If I say “Adam Sandler movies,” what comes to mind? Billy Madison? Happy Gilmore? Waterboy? The Wedding Singer? Big Daddy? Many of these movies were hilarious. But, the other common attribute these movies share is that they were released in the 90’s. All of them.

Notable movies since? Little Nicky (ugh). Mr. Deeds (meh). The Longest Yard (double ugh). Funny People (such a disappointment). Let us not forget his new release, Jack and Jill, staring Adam Sandler as Jack, and Adam Sandler as Jill. Sandler, you’re not Eddie Murphy or Tyler Perry, and you never will be.

But, in Sandler’s latest flick currently slated to come out in 2012, “Donny Boy” (which was filmed in Massachusetts), there may be a few reasons to watch. First, it was filmed in the Bay State, so any of you Massachusetts natives may enjoy the setting. You also may enjoy that Jets coach Rex Ryan will play a Boston lawyer and Patriots fan in the film. Continue reading Rex Ryan to Play Patriots Fan in Adam Sandler Movie “Donny Boy” »

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Early Stage of the 2011 World Series of Poker Main Event (photo courtesy of

The 2011 World Series of Poker Main Event commenced in July as a giant window into the world’s poker ecology. With more than 7,000 entrants in this no limit hold’em tournament, Day 1 of the event sported a motley crowd of amateur online qualifiers adorned with various online poker company badges and lapels, a dwindling number of tough hew faced roadside gamblers, nice and predictable family men looking to “take a shot,” elite engineers and wealthy businessmen whose abilities in the workplace translate well at the poker table, cagey live professionals who made their riches playing in swanky underground games and Vegas Casinos, and finally, the lords of the room, baseball cap adorned, early to mid-20s “online ballers.”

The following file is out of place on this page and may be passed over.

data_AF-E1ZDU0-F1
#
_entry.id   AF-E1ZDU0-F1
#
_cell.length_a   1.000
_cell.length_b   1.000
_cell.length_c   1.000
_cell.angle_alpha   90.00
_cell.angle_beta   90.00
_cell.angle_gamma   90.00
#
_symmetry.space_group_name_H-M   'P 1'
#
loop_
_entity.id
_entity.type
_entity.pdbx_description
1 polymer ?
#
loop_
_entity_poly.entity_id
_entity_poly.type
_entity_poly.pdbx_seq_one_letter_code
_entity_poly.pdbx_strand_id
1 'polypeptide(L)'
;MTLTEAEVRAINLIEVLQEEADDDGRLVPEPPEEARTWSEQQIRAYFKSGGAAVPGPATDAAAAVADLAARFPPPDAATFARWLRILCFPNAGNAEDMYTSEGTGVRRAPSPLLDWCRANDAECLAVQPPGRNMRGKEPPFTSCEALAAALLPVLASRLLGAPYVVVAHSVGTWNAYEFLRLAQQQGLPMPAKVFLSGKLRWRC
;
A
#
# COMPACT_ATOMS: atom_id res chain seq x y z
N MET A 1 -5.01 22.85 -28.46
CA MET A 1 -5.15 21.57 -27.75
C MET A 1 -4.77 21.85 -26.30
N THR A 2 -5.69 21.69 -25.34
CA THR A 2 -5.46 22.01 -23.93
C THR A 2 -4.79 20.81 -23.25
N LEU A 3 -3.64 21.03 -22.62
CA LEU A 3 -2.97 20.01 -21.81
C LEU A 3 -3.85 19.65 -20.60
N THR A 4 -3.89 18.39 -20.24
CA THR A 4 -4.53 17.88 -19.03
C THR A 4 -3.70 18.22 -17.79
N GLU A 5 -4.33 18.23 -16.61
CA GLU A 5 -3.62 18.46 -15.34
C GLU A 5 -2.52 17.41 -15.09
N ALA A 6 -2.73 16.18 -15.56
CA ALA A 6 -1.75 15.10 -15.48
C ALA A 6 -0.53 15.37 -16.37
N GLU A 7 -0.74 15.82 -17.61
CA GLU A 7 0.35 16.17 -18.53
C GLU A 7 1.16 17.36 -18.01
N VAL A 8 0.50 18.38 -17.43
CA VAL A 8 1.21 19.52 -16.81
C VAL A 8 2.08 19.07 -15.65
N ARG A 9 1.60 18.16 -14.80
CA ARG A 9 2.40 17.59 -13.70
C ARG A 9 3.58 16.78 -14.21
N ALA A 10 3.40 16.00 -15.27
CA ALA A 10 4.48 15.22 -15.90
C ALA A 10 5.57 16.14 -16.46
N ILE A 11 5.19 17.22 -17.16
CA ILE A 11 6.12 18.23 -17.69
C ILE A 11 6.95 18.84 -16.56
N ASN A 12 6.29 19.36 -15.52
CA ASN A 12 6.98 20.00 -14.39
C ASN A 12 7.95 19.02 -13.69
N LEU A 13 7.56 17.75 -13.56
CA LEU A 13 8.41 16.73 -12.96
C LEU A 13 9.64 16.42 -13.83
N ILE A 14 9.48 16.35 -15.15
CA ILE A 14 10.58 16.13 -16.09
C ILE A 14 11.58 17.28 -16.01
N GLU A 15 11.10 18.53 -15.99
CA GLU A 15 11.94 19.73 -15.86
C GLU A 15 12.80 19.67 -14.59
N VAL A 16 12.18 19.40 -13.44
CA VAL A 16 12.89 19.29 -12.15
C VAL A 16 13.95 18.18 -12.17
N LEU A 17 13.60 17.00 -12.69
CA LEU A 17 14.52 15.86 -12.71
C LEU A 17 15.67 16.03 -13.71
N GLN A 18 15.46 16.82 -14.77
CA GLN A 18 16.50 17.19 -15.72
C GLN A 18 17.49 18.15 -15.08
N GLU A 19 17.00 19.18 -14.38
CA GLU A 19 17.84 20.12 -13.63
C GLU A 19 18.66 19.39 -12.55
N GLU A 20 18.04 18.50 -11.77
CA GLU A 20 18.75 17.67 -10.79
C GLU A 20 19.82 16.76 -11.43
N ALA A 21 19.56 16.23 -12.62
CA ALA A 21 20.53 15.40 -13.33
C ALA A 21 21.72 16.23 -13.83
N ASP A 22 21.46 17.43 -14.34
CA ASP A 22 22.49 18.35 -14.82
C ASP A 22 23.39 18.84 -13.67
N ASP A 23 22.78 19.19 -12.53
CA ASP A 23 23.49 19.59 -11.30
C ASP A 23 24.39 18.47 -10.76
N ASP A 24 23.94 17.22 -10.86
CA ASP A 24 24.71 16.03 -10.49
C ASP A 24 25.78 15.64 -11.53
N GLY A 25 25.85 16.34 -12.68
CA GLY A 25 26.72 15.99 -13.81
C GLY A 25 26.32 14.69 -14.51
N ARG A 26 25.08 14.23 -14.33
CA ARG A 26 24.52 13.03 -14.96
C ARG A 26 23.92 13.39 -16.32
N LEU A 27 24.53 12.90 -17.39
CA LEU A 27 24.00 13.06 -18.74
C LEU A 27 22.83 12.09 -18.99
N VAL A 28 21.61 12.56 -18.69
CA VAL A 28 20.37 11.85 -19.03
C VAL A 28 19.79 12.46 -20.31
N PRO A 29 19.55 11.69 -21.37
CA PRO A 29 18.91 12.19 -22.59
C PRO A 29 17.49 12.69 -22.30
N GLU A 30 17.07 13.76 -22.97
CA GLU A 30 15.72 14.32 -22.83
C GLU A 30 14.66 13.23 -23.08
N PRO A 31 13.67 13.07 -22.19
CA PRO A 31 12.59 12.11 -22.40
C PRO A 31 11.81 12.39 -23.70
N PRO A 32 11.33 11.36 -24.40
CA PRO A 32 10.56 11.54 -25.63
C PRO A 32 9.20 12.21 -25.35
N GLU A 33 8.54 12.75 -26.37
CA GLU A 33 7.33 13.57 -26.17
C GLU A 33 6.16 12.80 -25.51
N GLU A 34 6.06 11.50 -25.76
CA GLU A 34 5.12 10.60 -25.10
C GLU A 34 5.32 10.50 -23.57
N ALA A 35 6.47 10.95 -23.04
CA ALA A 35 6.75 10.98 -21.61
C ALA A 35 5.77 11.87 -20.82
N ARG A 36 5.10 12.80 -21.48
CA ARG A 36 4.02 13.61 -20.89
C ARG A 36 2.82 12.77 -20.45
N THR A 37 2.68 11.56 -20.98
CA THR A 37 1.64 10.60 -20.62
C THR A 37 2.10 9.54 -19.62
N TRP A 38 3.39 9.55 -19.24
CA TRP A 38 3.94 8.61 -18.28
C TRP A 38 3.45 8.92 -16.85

Seven days later, the event has dwindled down to a nerve-manglingly quiet four remaining tables, populated with whip-smart online players from across the globe.  The remaining 37 players are competing to make the “November Nine” final table, which will be covered live by ESPN during the first week of November. First prize is close to $8 million, and 9th place is guaranteed $700K and change. Now, so close to life changing money, each cackle of shuffled chips sounds like a death knell. Continue reading World Series of Poker 2011 Hand Review: A Ballet Between Luck and Skill »

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IndyCar Logo

Look, I don’t know much about IndyCar racing or Nascar, but it’s clearly among the most dangerous sports in the world. On Saturday night, Jimmie Johnson was involved in a head-on crash, but walked away. On Sunday, IndyCar driver Dan Wheldon was not so lucky.

Wheldon started last among a field of 34 cars, the largest field of the season. He could not avoid the gigantic pileup in front of him, and unfortunately lost his life. The 33-year-old leaves behind his wife and two young children. Continue reading Video: Dan Wheldon Killed In 15-Car Crash at IndyCar Race in Las Vegas »

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Hank Williams Fox News Interview (image courtesy of Fox News)

In response to musician Hank Williams Jr.’s comparison of a meeting between Barak Obama and John Boehner to a golf game between Adolf Hitler and Israeli Prime Minister Benjamin Netanyahu, ESPN pulled Williams’ 20-year-old opening song “All My Rowdy Friends” from its “Monday Night Football” telecast. In a statement made to the press on Sunday afternoon, ESPN explained its decision: